Changes to motor vehicle use map also set into motion
by Olivia Lueckemeyer
Regional Forest Service representatives addressed concerns and potential plans for traffic restrictions and dispersed camping closures near Gothic for the coming summer at a Gunnison County Board of County Commissioners meeting on Tuesday, February 9.
In order to address the issue of overcrowding, a temporary closure of Gothic camping areas was discussed. In addition, USFS Gunnison district ranger John Murphy also presented his plan to update the motor vehicles use map to restrict traffic to designated routes, instead of the previous allowance of 30 feet on either side of the road for camping purposes.
“Enforcing might be difficult, but we plan to implement that this summer,” Murphy said.
Director of the Rocky Mountain Biological Lab Ian Billick, who had initially expressed his disdain over the rise in off-route traffic in the drainage, was pleased with the Forest Service’s move to temper the issue.
“We are very excited that the Forest Service is moving forward with managing camping and traffic,” Billick said.
This issue became a major public concern last summer after an overflow of people in the valleys around Crested Butte damaged resources and impacted the drainage. The Gothic area became so negatively affected by human and vehicle overuse that local and federal representatives met last August to brainstorm ways to address the growing problem. At that time the Forest Service promised to begin taking action to alleviate some of the pressure.
Murphy also addressed the public’s desire for public transportation out to Judd Falls. Though this is not something the Forest Service will be able to accomplish this year, Murphy said, progress could be made by developing a site plan and initiating the necessary engineering requirements.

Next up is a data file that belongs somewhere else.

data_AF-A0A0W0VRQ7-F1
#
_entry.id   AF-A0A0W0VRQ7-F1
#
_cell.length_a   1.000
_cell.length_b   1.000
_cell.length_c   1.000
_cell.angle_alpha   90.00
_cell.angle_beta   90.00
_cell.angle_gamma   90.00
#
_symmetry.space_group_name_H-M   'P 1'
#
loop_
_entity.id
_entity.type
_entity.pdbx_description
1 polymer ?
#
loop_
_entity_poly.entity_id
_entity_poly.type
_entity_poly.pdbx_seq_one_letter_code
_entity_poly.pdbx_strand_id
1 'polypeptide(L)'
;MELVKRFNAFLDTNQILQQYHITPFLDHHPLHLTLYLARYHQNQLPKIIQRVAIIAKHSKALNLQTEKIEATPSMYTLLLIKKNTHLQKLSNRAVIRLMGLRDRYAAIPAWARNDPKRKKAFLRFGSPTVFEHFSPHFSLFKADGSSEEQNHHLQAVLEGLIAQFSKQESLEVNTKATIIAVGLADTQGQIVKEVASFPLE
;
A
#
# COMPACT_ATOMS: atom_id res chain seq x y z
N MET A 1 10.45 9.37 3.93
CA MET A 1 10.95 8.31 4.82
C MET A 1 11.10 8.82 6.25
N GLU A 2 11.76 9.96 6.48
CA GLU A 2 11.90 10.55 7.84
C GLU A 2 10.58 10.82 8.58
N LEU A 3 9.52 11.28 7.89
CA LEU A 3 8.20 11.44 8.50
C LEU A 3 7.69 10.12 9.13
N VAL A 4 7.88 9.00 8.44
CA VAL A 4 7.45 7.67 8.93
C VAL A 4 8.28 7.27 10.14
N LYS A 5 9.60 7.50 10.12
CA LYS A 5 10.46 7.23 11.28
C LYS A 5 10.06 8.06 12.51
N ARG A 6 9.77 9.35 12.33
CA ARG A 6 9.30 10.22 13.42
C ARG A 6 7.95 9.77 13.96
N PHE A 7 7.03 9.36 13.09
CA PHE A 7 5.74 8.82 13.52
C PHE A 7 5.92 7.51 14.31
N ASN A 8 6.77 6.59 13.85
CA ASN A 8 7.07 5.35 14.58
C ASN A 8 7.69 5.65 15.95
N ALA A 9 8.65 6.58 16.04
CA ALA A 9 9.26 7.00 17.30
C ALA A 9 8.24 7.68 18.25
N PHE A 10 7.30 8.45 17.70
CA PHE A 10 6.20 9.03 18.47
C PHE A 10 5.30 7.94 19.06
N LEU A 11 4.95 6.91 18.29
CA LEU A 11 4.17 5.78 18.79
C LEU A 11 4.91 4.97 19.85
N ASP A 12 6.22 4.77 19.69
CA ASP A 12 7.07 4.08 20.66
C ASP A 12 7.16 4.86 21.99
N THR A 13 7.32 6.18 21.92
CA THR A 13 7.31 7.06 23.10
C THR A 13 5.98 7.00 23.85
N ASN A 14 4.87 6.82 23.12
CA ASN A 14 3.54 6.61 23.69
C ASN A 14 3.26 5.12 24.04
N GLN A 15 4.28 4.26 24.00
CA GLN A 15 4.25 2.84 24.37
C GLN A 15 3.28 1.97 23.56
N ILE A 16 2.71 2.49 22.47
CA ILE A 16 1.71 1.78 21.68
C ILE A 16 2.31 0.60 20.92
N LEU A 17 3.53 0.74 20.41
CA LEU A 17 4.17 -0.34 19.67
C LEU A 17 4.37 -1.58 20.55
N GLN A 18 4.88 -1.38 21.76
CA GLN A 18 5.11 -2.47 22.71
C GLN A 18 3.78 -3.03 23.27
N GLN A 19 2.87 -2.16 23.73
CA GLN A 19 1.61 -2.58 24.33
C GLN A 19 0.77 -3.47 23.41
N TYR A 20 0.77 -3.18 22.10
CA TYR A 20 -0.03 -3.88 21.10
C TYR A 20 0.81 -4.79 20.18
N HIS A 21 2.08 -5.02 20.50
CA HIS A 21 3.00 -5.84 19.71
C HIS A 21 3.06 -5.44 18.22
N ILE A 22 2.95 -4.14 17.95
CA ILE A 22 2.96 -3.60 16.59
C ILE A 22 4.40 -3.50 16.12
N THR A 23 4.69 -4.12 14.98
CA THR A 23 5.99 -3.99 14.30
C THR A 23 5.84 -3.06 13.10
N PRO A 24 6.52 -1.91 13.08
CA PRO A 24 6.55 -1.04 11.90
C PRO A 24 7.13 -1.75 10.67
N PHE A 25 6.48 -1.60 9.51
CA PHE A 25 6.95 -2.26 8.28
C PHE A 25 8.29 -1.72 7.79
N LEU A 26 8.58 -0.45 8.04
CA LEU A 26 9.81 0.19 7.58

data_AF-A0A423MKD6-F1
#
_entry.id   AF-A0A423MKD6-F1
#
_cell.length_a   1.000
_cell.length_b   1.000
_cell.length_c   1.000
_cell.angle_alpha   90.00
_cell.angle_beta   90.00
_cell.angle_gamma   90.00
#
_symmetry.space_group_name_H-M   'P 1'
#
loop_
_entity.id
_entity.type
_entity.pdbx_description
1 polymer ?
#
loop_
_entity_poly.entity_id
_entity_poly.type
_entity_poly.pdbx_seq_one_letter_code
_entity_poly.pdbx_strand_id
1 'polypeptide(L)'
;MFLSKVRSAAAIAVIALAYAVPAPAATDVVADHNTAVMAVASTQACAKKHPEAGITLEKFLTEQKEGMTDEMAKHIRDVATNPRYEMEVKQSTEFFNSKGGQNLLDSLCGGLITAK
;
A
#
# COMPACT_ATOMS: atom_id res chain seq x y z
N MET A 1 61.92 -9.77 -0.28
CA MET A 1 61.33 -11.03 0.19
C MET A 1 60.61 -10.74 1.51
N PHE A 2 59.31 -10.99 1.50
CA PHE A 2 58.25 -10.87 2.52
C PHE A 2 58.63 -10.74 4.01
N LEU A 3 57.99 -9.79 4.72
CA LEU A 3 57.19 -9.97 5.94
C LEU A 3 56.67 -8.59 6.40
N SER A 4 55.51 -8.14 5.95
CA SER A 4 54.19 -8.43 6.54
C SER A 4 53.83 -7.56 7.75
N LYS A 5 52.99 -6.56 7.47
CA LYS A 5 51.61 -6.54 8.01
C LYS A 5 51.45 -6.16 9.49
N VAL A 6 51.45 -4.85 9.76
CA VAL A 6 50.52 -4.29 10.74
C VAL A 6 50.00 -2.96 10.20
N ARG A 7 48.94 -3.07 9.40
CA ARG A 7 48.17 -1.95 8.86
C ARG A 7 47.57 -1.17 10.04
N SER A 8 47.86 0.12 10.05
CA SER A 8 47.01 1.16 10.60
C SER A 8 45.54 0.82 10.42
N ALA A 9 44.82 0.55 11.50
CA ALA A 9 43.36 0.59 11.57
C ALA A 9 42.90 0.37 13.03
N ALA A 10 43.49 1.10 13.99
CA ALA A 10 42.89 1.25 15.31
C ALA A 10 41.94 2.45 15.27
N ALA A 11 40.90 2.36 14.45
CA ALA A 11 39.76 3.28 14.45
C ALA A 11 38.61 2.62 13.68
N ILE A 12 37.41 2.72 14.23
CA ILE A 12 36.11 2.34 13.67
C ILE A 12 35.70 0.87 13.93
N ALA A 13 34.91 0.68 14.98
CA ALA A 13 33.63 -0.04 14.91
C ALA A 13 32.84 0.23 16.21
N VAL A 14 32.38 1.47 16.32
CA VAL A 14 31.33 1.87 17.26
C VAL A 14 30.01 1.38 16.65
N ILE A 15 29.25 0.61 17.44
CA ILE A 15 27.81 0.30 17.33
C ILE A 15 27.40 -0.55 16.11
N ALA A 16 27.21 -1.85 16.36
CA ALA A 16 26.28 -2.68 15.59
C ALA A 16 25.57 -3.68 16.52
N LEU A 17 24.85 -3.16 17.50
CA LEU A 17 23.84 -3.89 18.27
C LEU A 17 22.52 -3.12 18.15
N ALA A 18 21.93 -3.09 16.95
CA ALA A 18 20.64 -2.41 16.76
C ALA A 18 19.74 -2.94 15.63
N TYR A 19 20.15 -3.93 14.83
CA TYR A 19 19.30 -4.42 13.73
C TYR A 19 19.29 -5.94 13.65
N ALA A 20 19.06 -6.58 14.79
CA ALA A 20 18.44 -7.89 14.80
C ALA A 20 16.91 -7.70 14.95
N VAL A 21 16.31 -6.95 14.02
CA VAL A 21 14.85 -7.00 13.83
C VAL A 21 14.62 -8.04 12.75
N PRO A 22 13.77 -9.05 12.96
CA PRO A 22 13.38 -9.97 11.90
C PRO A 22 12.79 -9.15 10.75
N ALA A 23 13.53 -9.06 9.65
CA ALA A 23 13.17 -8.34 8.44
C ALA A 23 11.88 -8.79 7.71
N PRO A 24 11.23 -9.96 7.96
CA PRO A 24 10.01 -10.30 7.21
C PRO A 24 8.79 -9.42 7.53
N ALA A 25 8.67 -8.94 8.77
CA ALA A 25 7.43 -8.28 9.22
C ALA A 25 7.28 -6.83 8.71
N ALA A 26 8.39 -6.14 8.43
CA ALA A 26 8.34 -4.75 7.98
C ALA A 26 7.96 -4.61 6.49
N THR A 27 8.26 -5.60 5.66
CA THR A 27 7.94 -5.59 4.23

“If we were to put in a turnaround for public transportation, that would require engineering to make sure that the surface area is adequate to handle the weight of the bus and the turn radius,” Murphy said. “Then once we know what the footprint is we would have to send specialists out to look at it and then likely go through a categorical exclusion to authorize that.”
The issue of cost estimates and where to acquire funding for such a project was also debated. Murphy indicated that discussions were under way to tackle these questions, but decisions had not yet been made.
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In relation to the potential closure of dispersed camping, commissioner Jonathan Houck stressed the importance of adequate signage.
“If it is closed to dispersed camping and there is good signage before people even enter that area, then we are addressing some of those traffic issues and preventing people who might drive in thinking they are going to find camping from making the trip at all,” Houck said. “It might change some of those traffic patterns in a positive way.”
Grand Mesa, Uncompahgre and Gunnison National Forest supervisor Scott Armentrout said that, like most major changes to camping and road usage, the process would be one of trial and error.
“We are going to have to try to be adaptive here,” Armentrout said.
The Forest Service plans to issue a news release in about two weeks with further information. The issue will then be opened up to comments from the public.